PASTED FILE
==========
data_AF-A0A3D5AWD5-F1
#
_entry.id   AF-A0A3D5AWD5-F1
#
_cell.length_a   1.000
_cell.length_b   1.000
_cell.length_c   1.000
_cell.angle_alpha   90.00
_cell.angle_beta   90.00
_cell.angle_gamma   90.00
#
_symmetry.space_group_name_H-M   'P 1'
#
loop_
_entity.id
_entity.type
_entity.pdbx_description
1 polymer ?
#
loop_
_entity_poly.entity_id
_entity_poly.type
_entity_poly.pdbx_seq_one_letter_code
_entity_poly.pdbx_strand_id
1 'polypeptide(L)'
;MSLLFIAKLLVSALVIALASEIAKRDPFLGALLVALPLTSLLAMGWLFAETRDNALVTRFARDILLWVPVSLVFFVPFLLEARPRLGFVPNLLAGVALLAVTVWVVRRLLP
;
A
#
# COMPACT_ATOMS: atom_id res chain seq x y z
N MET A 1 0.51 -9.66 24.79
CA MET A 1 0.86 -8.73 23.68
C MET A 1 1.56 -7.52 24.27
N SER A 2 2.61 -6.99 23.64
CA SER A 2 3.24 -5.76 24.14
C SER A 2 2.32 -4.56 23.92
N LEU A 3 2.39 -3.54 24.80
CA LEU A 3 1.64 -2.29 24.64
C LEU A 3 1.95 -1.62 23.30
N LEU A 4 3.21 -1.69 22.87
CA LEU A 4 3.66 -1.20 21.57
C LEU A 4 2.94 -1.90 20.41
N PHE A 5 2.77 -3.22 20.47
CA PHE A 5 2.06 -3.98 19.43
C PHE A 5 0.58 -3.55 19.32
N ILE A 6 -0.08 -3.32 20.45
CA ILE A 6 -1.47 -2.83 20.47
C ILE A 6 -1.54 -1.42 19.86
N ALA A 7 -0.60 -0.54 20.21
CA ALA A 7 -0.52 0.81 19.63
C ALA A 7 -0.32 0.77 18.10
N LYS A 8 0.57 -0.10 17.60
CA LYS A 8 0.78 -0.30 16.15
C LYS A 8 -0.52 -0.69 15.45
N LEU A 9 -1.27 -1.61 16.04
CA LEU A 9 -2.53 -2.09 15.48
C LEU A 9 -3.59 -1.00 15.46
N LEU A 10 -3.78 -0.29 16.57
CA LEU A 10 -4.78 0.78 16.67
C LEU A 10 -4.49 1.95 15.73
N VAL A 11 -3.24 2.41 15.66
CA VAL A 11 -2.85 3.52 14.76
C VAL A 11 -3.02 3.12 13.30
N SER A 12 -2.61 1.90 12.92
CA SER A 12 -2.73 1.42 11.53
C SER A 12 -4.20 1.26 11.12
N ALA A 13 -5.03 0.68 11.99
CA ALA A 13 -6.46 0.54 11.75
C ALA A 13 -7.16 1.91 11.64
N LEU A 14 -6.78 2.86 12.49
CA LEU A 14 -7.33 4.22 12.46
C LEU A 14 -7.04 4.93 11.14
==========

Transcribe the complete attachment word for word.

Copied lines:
data_AF-A0A3D5AWD5-F1
#
_entry.id   AF-A0A3D5AWD5-F1
#
_cell.length_a   1.000
_cell.length_b   1.000
_cell.length_c   1.000
_cell.angle_alpha   90.00
_cell.angle_beta   90.00
_cell.angle_gamma   90.00
#
_symmetry.space_group_name_H-M   'P 1'
#
loop_
_entity.id
_entity.type
_entity.pdbx_description
1 polymer ?
#
loop_
_entity_poly.entity_id
_entity_poly.type
_entity_poly.pdbx_seq_one_letter_code
_entity_poly.pdbx_strand_id
1 'polypeptide(L)'
;MSLLFIAKLLVSALVIALASEIAKRDPFLGALLVALPLTSLLAMGWLFAETRDNALVTRFARDILLWVPVSLVFFVPFLLEARPRLGFVPNLLAGVALLAVTVWVVRRLLP
;
A
#
# COMPACT_ATOMS: atom_id res chain seq x y z
N MET A 1 0.51 -9.66 24.79
CA MET A 1 0.86 -8.73 23.68
C MET A 1 1.56 -7.52 24.27
N SER A 2 2.61 -6.99 23.64
CA SER A 2 3.24 -5.76 24.14
C SER A 2 2.32 -4.56 23.92
N LEU A 3 2.39 -3.54 24.80
CA LEU A 3 1.64 -2.29 24.64
C LEU A 3 1.95 -1.62 23.30
N LEU A 4 3.21 -1.69 22.87
CA LEU A 4 3.66 -1.20 21.57
C LEU A 4 2.94 -1.90 20.41
N PHE A 5 2.77 -3.22 20.47
CA PHE A 5 2.06 -3.98 19.43
C PHE A 5 0.58 -3.55 19.32
N ILE A 6 -0.08 -3.32 20.45
CA ILE A 6 -1.47 -2.83 20.47
C ILE A 6 -1.54 -1.42 19.86
N ALA A 7 -0.60 -0.54 20.21
CA ALA A 7 -0.52 0.81 19.63
C ALA A 7 -0.32 0.77 18.10
N LYS A 8 0.57 -0.10 17.60
CA LYS A 8 0.78 -0.30 16.15
C LYS A 8 -0.52 -0.69 15.45
N LEU A 9 -1.27 -1.61 16.04
CA LEU A 9 -2.53 -2.09 15.48
C LEU A 9 -3.59 -1.00 15.46
N LEU A 10 -3.78 -0.29 16.57
CA LEU A 10 -4.78 0.78 16.67
C LEU A 10 -4.49 1.95 15.73
N VAL A 11 -3.24 2.41 15.66
CA VAL A 11 -2.85 3.52 14.76
C VAL A 11 -3.02 3.12 13.30
N SER A 12 -2.61 1.90 12.92
CA SER A 12 -2.73 1.42 11.53
C SER A 12 -4.20 1.26 11.12
N ALA A 13 -5.03 0.68 11.99
CA ALA A 13 -6.46 0.54 11.75
C ALA A 13 -7.16 1.91 11.64
N LEU A 14 -6.78 2.86 12.49
CA LEU A 14 -7.33 4.22 12.46
C LEU A 14 -7.04 4.93 11.14